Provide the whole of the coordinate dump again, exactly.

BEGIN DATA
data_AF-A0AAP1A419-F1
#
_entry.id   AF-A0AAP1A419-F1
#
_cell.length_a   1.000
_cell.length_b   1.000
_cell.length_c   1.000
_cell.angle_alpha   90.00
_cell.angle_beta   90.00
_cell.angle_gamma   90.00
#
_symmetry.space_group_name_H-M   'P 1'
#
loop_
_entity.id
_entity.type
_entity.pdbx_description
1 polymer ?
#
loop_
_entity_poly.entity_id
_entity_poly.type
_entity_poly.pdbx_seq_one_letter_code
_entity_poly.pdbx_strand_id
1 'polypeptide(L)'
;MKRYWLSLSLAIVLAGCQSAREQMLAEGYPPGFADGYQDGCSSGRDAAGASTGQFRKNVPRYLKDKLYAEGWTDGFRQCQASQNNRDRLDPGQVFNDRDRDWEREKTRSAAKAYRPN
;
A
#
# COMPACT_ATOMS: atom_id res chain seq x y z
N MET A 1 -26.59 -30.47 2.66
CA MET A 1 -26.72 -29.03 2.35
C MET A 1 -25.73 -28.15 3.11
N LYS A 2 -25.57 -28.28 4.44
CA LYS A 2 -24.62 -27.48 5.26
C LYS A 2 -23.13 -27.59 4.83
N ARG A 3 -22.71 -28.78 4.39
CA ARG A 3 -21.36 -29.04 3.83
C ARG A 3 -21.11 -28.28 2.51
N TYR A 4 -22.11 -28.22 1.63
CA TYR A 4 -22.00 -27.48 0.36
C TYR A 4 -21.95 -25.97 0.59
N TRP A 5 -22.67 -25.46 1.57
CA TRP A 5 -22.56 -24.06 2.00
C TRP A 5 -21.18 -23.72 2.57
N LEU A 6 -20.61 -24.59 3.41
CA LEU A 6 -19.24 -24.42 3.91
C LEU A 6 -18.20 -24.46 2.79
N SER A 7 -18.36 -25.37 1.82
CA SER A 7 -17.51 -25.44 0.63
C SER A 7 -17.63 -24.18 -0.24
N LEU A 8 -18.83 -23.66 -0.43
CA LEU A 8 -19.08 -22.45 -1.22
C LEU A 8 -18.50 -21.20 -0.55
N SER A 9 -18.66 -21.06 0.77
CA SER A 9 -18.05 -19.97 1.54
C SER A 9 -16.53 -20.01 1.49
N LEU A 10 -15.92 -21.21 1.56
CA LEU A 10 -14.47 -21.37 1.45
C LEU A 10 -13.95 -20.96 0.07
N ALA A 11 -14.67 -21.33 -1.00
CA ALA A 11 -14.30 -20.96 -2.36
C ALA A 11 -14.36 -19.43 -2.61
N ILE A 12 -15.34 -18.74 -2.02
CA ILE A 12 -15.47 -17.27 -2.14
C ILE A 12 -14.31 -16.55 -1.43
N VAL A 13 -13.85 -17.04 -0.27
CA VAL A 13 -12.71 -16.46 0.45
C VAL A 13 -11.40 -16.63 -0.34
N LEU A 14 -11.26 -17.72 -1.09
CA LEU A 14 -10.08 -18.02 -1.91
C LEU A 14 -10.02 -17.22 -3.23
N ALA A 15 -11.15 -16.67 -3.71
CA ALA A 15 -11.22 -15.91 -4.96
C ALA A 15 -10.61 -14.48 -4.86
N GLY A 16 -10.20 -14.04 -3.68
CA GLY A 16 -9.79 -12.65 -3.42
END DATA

data_AF-A0AAP1A419-F1
#
_entry.id   AF-A0AAP1A419-F1
#
_cell.length_a   1.000
_cell.length_b   1.000
_cell.length_c   1.000
_cell.angle_alpha   90.00
_cell.angle_beta   90.00
_cell.angle_gamma   90.00
#
_symmetry.space_group_name_H-M   'P 1'
#
loop_
_entity.id
_entity.type
_entity.pdbx_description
1 polymer ?
#
loop_
_entity_poly.entity_id
_entity_poly.type
_entity_poly.pdbx_seq_one_letter_code
_entity_poly.pdbx_strand_id
1 'polypeptide(L)'
;MKRYWLSLSLAIVLAGCQSAREQMLAEGYPPGFADGYQDGCSSGRDAAGASTGQFRKNVPRYLKDKLYAEGWTDGFRQCQASQNNRDRLDPGQVFNDRDRDWEREKTRSAAKAYRPN
;
A
#
# COMPACT_ATOMS: atom_id res chain seq x y z
N MET A 1 -26.59 -30.47 2.66
CA MET A 1 -26.72 -29.03 2.35
C MET A 1 -25.73 -28.15 3.11
N LYS A 2 -25.57 -28.28 4.44
CA LYS A 2 -24.62 -27.48 5.26
C LYS A 2 -23.13 -27.59 4.83
N ARG A 3 -22.71 -28.78 4.39
CA ARG A 3 -21.36 -29.04 3.83
C ARG A 3 -21.11 -28.28 2.51
N TYR A 4 -22.11 -28.22 1.63
CA TYR A 4 -22.00 -27.48 0.36
C TYR A 4 -21.95 -25.97 0.59
N TRP A 5 -22.67 -25.46 1.57
CA TRP A 5 -22.56 -24.06 2.00
C TRP A 5 -21.18 -23.72 2.57
N LEU A 6 -20.61 -24.59 3.41
CA LEU A 6 -19.24 -24.42 3.91
C LEU A 6 -18.20 -24.46 2.79
N SER A 7 -18.36 -25.37 1.82
CA SER A 7 -17.51 -25.44 0.63
C SER A 7 -17.63 -24.18 -0.24
N LEU A 8 -18.83 -23.66 -0.43
CA LEU A 8 -19.08 -22.45 -1.22
C LEU A 8 -18.50 -21.20 -0.55
N SER A 9 -18.66 -21.06 0.77
CA SER A 9 -18.05 -19.97 1.54
C SER A 9 -16.53 -20.01 1.49
N LEU A 10 -15.92 -21.21 1.56
CA LEU A 10 -14.47 -21.37 1.45
C LEU A 10 -13.95 -20.96 0.07
N ALA A 11 -14.67 -21.33 -1.00
CA ALA A 11 -14.30 -20.96 -2.36
C ALA A 11 -14.36 -19.43 -2.61
N ILE A 12 -15.34 -18.74 -2.02
CA ILE A 12 -15.47 -17.27 -2.14
C ILE A 12 -14.31 -16.55 -1.43
N VAL A 13 -13.85 -17.04 -0.27
CA VAL A 13 -12.71 -16.46 0.45
C VAL A 13 -11.40 -16.63 -0.34
N LEU A 14 -11.26 -17.72 -1.09
CA LEU A 14 -10.08 -18.02 -1.91
C LEU A 14 -10.02 -17.22 -3.23
N ALA A 15 -11.15 -16.67 -3.71
CA ALA A 15 -11.22 -15.91 -4.96
C ALA A 15 -10.61 -14.48 -4.86
N GLY A 16 -10.20 -14.04 -3.68
CA GLY A 16 -9.79 -12.65 -3.42